The trail of recovery of this music – now reissued on CD through Ode, but disappointingly with Young's initial comment edited out – began in 1990 when Sutton discovered two old boxes of tapes in a garage, one of which had “jazz concert” written on it.
Inside were brittle tapes with little attendant information other than some song titles and the names of musicians such as Lee, Murdoch and Mavis Rivers.
In '93 Sutton, Baker and others by the process of recovering the music. Information was gathered from the United States on how to dehumidify the tapes to prevent them from falling apart and on the transfer on to DAT (digital audio tape) and then looking to put names to the players.
Baker says it was a jigsaw puzzle of leads that initially went nowhere. Artists who were there were unable to recall who else had played, but then there was the chance discovery of a programme from the night, and the putting of names to faces from a Weekly News photospread of the concert.
Reviews of the period were only helpful in small ways: the New Zealand Herald of the following day carrying only a short review and acknowledging a few specific players, others couching their reviews in the bland un-emotional tone of the period. (“At intermission I spoke to a foreign expert from the country where they know about these things. He told me this was the best jazz I would hear in New Zealand and it was very creditable”)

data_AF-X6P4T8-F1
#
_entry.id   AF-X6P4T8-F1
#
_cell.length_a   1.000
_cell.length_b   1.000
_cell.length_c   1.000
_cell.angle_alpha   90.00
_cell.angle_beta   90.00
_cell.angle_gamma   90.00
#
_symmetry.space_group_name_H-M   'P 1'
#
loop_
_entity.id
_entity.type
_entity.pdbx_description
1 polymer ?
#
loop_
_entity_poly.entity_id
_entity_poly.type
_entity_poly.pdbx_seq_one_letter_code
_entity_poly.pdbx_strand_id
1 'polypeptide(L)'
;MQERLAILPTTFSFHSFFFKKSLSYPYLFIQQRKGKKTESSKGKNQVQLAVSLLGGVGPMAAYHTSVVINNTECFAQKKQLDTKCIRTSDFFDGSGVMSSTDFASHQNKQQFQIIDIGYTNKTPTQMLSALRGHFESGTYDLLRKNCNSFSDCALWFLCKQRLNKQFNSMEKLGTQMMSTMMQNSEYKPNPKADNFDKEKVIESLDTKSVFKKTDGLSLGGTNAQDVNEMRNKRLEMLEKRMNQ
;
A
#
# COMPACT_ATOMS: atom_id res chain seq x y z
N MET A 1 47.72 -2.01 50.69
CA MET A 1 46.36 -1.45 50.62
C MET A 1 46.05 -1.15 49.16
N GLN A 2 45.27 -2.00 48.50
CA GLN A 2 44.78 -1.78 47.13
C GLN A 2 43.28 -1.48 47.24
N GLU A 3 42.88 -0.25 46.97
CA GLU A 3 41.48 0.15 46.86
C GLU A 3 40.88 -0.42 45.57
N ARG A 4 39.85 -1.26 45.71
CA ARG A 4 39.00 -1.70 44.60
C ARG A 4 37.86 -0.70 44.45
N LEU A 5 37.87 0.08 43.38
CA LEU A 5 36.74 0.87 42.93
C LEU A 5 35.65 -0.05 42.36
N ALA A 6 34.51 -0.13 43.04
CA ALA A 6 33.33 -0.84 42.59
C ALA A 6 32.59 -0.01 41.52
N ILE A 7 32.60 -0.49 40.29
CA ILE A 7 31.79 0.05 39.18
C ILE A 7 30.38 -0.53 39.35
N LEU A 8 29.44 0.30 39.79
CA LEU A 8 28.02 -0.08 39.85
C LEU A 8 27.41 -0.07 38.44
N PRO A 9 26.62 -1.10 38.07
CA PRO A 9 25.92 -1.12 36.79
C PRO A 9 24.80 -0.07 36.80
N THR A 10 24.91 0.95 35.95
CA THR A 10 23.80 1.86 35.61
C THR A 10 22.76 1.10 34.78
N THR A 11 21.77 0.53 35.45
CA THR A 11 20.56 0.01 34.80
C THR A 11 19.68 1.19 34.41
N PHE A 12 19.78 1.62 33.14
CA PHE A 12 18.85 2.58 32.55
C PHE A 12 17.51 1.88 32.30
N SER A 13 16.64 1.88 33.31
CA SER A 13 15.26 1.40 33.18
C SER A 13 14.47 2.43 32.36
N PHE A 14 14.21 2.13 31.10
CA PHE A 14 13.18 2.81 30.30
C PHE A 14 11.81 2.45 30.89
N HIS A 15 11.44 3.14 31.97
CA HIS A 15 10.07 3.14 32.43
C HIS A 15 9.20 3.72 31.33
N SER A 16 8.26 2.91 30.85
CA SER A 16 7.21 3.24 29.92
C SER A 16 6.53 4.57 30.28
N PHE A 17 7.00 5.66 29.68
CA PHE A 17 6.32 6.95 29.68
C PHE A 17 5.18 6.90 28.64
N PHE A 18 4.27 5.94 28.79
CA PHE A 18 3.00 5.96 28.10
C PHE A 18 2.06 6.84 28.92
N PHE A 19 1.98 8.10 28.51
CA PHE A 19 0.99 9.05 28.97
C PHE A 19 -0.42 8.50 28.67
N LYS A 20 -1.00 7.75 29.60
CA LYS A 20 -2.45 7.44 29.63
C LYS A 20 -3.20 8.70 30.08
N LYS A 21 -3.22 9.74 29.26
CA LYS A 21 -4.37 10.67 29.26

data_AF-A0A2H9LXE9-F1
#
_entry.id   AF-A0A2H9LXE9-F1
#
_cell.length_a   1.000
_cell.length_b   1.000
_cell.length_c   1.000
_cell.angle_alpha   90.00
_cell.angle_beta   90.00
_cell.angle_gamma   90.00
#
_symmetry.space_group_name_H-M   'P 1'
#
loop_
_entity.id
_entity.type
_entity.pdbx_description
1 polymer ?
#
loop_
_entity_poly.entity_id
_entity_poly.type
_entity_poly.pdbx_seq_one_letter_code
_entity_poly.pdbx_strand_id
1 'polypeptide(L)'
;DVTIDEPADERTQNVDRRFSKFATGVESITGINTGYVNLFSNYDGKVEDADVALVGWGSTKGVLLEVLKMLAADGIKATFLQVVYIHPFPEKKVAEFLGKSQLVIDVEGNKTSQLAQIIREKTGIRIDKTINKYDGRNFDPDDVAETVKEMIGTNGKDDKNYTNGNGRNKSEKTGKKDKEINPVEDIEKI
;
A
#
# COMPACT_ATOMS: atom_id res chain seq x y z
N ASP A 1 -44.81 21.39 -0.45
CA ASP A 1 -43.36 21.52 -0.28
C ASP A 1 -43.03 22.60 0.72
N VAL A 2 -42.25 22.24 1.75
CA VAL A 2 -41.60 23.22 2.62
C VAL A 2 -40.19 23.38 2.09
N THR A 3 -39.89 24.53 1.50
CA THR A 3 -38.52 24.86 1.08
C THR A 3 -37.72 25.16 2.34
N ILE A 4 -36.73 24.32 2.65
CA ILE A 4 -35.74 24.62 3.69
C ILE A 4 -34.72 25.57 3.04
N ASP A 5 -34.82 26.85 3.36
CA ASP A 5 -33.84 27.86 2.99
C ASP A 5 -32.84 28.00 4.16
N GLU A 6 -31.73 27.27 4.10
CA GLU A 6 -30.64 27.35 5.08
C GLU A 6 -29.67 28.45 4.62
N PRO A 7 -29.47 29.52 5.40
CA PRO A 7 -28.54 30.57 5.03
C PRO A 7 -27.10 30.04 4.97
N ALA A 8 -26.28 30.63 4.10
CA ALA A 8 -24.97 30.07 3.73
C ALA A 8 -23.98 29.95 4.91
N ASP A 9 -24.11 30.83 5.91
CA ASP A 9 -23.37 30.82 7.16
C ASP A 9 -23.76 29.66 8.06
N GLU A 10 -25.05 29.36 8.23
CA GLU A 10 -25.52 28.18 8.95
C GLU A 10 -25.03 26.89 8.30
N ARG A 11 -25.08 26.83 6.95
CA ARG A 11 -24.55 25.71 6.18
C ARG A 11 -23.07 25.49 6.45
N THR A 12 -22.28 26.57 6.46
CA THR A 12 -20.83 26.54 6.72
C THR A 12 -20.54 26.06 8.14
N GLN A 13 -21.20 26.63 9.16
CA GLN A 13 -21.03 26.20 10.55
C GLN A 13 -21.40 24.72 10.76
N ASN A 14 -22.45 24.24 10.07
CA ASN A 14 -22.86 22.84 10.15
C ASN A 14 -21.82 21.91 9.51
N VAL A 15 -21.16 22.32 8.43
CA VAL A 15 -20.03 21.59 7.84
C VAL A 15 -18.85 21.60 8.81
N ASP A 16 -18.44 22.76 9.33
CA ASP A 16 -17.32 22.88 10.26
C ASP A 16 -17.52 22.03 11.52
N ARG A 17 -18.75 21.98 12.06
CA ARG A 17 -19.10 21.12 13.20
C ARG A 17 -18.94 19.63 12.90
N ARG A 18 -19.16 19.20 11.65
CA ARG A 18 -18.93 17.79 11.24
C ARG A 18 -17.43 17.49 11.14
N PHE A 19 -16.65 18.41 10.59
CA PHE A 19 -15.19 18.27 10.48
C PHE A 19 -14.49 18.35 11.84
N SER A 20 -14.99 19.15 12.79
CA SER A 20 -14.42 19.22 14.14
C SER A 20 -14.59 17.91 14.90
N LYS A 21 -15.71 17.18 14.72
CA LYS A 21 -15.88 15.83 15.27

One reviewer, confessing ignorance, said, “Being unused to jazz except as a background, I found it hard to tell one tune from another”.
Fortunately, standards of criticism and the more educated ear of today’s audience, jazz or other-
wise, allows contemporary listeners to isolate the various styles and artists in a more rewarding way.
After announcer Young's now deleted observation about the lights, he offers the first of his informed and humorous introductions to the music to be played, noting that the musicians are out to debunk the pre-conception that jazz is associated with dancing and that they are out to present "the creative side of jazz" to the public.
Young explains that this is music to be listened to and that “the musicians will take the tune, the group gives the first chorus a workout, then it's over to the soloist to weave a pattern around, but still in harmony with the original”.